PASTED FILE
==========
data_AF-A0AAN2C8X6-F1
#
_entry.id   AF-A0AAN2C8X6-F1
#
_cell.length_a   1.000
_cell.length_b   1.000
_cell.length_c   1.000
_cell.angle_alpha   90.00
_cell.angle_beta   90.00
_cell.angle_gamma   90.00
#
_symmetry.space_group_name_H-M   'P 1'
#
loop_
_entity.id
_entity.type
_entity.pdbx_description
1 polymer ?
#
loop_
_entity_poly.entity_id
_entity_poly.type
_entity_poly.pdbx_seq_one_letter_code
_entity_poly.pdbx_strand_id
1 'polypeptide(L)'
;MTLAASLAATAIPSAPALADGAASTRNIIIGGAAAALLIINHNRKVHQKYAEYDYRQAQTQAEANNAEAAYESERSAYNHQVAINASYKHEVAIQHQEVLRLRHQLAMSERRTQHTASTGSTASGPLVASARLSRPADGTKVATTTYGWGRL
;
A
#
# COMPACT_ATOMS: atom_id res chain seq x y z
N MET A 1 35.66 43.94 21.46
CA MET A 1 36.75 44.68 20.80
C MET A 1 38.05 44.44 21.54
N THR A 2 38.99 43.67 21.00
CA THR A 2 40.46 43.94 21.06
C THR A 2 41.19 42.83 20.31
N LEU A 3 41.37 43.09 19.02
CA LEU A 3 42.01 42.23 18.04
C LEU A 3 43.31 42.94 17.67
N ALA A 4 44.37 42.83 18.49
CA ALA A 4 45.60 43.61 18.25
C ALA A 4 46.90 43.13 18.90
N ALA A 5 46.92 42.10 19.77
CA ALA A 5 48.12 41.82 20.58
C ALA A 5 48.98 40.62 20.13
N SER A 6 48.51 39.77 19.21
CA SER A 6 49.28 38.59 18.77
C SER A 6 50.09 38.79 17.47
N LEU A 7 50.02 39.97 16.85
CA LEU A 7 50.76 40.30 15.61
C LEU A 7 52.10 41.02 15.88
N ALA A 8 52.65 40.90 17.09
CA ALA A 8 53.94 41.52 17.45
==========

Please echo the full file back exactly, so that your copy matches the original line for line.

data_AF-A0AAN2C8X6-F1
#
_entry.id   AF-A0AAN2C8X6-F1
#
_cell.length_a   1.000
_cell.length_b   1.000
_cell.length_c   1.000
_cell.angle_alpha   90.00
_cell.angle_beta   90.00
_cell.angle_gamma   90.00
#
_symmetry.space_group_name_H-M   'P 1'
#
loop_
_entity.id
_entity.type
_entity.pdbx_description
1 polymer ?
#
loop_
_entity_poly.entity_id
_entity_poly.type
_entity_poly.pdbx_seq_one_letter_code
_entity_poly.pdbx_strand_id
1 'polypeptide(L)'
;MTLAASLAATAIPSAPALADGAASTRNIIIGGAAAALLIINHNRKVHQKYAEYDYRQAQTQAEANNAEAAYESERSAYNHQVAINASYKHEVAIQHQEVLRLRHQLAMSERRTQHTASTGSTASGPLVASARLSRPADGTKVATTTYGWGRL
;
A
#
# COMPACT_ATOMS: atom_id res chain seq x y z
N MET A 1 35.66 43.94 21.46
CA MET A 1 36.75 44.68 20.80
C MET A 1 38.05 44.44 21.54
N THR A 2 38.99 43.67 21.00
CA THR A 2 40.46 43.94 21.06
C THR A 2 41.19 42.83 20.31
N LEU A 3 41.37 43.09 19.02
CA LEU A 3 42.01 42.23 18.04
C LEU A 3 43.31 42.94 17.67
N ALA A 4 44.37 42.83 18.49
CA ALA A 4 45.60 43.61 18.25
C ALA A 4 46.90 43.13 18.90
N ALA A 5 46.92 42.10 19.77
CA ALA A 5 48.12 41.82 20.58
C ALA A 5 48.98 40.62 20.13
N SER A 6 48.51 39.77 19.21
CA SER A 6 49.28 38.59 18.77
C SER A 6 50.09 38.79 17.47
N LEU A 7 50.02 39.97 16.85
CA LEU A 7 50.76 40.30 15.61
C LEU A 7 52.10 41.02 15.88
N ALA A 8 52.65 40.90 17.09
CA ALA A 8 53.94 41.52 17.45